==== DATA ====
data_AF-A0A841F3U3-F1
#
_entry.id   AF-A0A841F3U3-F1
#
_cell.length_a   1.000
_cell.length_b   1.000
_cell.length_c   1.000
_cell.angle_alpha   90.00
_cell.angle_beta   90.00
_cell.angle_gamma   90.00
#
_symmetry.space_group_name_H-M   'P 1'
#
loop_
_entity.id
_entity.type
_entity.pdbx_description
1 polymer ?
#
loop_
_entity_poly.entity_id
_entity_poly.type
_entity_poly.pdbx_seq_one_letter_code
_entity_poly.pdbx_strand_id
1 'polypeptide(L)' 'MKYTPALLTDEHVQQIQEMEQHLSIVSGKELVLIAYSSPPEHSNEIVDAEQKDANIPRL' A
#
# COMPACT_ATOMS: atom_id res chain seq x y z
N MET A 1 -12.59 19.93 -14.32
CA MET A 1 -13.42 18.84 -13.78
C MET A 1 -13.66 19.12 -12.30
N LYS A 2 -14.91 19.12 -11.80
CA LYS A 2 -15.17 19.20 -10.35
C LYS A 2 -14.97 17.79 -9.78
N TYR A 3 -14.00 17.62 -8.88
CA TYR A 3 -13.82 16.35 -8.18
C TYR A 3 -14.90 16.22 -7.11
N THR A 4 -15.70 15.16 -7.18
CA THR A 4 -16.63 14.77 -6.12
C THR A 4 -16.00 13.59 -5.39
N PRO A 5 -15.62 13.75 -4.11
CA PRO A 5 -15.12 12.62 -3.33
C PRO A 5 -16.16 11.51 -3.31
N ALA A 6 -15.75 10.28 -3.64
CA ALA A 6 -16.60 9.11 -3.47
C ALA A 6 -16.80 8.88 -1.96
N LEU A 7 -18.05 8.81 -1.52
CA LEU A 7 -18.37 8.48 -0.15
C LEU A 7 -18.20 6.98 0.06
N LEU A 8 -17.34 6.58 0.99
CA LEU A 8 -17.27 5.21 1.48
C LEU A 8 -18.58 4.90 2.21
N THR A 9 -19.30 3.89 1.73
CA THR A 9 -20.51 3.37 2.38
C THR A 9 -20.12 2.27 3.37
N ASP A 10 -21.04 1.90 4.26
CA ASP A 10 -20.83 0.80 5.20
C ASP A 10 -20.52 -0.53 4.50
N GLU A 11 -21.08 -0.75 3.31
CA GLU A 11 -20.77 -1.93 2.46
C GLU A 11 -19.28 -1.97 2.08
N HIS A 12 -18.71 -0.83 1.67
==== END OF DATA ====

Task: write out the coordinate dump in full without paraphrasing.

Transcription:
data_AF-A0A841F3U3-F1
#
_entry.id   AF-A0A841F3U3-F1
#
_cell.length_a   1.000
_cell.length_b   1.000
_cell.length_c   1.000
_cell.angle_alpha   90.00
_cell.angle_beta   90.00
_cell.angle_gamma   90.00
#
_symmetry.space_group_name_H-M   'P 1'
#
loop_
_entity.id
_entity.type
_entity.pdbx_description
1 polymer ?
#
loop_
_entity_poly.entity_id
_entity_poly.type
_entity_poly.pdbx_seq_one_letter_code
_entity_poly.pdbx_strand_id
1 'polypeptide(L)' 'MKYTPALLTDEHVQQIQEMEQHLSIVSGKELVLIAYSSPPEHSNEIVDAEQKDANIPRL' A
#
# COMPACT_ATOMS: atom_id res chain seq x y z
N MET A 1 -12.59 19.93 -14.32
CA MET A 1 -13.42 18.84 -13.78
C MET A 1 -13.66 19.12 -12.30
N LYS A 2 -14.91 19.12 -11.80
CA LYS A 2 -15.17 19.20 -10.35
C LYS A 2 -14.97 17.79 -9.78
N TYR A 3 -14.00 17.62 -8.88
CA TYR A 3 -13.82 16.35 -8.18
C TYR A 3 -14.90 16.22 -7.11
N THR A 4 -15.70 15.16 -7.18
CA THR A 4 -16.63 14.77 -6.12
C THR A 4 -16.00 13.59 -5.39
N PRO A 5 -15.62 13.75 -4.11
CA PRO A 5 -15.12 12.62 -3.33
C PRO A 5 -16.16 11.51 -3.31
N ALA A 6 -15.75 10.28 -3.64
CA ALA A 6 -16.60 9.11 -3.47
C ALA A 6 -16.80 8.88 -1.96
N LEU A 7 -18.05 8.81 -1.52
CA LEU A 7 -18.37 8.48 -0.15
C LEU A 7 -18.20 6.98 0.06
N LEU A 8 -17.34 6.58 0.99
CA LEU A 8 -17.27 5.21 1.48
C LEU A 8 -18.58 4.90 2.21
N THR A 9 -19.30 3.89 1.73
CA THR A 9 -20.51 3.37 2.38
C THR A 9 -20.12 2.27 3.37
N ASP A 10 -21.04 1.90 4.26
CA ASP A 10 -20.83 0.80 5.20
C ASP A 10 -20.52 -0.53 4.50
N GLU A 11 -21.08 -0.75 3.31
CA GLU A 11 -20.77 -1.93 2.46
C GLU A 11 -19.28 -1.97 2.08
N HIS A 12 -18.71 -0.83 1.67